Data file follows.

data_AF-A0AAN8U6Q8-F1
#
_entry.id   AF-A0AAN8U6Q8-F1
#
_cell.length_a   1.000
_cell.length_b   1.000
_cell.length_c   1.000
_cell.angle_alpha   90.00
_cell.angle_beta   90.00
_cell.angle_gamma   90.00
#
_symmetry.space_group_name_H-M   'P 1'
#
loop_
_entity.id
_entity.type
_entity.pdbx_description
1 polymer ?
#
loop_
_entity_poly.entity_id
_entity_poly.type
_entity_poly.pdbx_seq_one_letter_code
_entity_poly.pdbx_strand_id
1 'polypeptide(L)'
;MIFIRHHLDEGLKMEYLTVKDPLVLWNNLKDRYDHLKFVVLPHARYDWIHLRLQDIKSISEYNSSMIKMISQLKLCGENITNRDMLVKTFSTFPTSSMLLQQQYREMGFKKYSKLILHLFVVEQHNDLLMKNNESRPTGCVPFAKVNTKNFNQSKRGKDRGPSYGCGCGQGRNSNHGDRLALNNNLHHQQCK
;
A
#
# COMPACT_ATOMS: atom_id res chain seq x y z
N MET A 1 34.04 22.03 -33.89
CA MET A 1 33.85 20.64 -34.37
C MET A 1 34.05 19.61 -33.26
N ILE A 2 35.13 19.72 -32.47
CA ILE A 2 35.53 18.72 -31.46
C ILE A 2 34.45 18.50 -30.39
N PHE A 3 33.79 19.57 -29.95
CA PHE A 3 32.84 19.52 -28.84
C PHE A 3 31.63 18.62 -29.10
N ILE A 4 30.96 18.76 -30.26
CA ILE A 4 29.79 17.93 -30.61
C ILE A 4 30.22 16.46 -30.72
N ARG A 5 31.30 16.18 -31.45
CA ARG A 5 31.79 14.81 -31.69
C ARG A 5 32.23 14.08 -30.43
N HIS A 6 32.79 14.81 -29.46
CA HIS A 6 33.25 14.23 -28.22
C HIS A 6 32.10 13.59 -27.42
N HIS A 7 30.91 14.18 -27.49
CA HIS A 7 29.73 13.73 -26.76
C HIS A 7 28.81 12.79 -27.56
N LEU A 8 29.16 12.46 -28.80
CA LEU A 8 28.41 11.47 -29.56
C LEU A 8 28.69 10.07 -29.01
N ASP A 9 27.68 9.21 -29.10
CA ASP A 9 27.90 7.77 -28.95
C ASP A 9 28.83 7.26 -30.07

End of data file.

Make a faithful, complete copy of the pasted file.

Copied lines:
data_AF-A0AAN8U6Q8-F1
#
_entry.id   AF-A0AAN8U6Q8-F1
#
_cell.length_a   1.000
_cell.length_b   1.000
_cell.length_c   1.000
_cell.angle_alpha   90.00
_cell.angle_beta   90.00
_cell.angle_gamma   90.00
#
_symmetry.space_group_name_H-M   'P 1'
#
loop_
_entity.id
_entity.type
_entity.pdbx_description
1 polymer ?
#
loop_
_entity_poly.entity_id
_entity_poly.type
_entity_poly.pdbx_seq_one_letter_code
_entity_poly.pdbx_strand_id
1 'polypeptide(L)'
;MIFIRHHLDEGLKMEYLTVKDPLVLWNNLKDRYDHLKFVVLPHARYDWIHLRLQDIKSISEYNSSMIKMISQLKLCGENITNRDMLVKTFSTFPTSSMLLQQQYREMGFKKYSKLILHLFVVEQHNDLLMKNNESRPTGCVPFAKVNTKNFNQSKRGKDRGPSYGCGCGQGRNSNHGDRLALNNNLHHQQCK
;
A
#
# COMPACT_ATOMS: atom_id res chain seq x y z
N MET A 1 34.04 22.03 -33.89
CA MET A 1 33.85 20.64 -34.37
C MET A 1 34.05 19.61 -33.26
N ILE A 2 35.13 19.72 -32.47
CA ILE A 2 35.53 18.72 -31.46
C ILE A 2 34.45 18.50 -30.39
N PHE A 3 33.79 19.57 -29.95
CA PHE A 3 32.84 19.52 -28.84
C PHE A 3 31.63 18.62 -29.10
N ILE A 4 30.96 18.76 -30.26
CA ILE A 4 29.79 17.93 -30.61
C ILE A 4 30.22 16.46 -30.72
N ARG A 5 31.30 16.18 -31.45
CA ARG A 5 31.79 14.81 -31.69
C ARG A 5 32.23 14.08 -30.43
N HIS A 6 32.79 14.81 -29.46
CA HIS A 6 33.25 14.23 -28.22
C HIS A 6 32.10 13.59 -27.42
N HIS A 7 30.91 14.18 -27.49
CA HIS A 7 29.73 13.73 -26.76
C HIS A 7 28.81 12.79 -27.56
N LEU A 8 29.16 12.46 -28.80
CA LEU A 8 28.41 11.47 -29.56
C LEU A 8 28.69 10.07 -29.01
N ASP A 9 27.68 9.21 -29.10
CA ASP A 9 27.90 7.77 -28.95
C ASP A 9 28.83 7.26 -30.07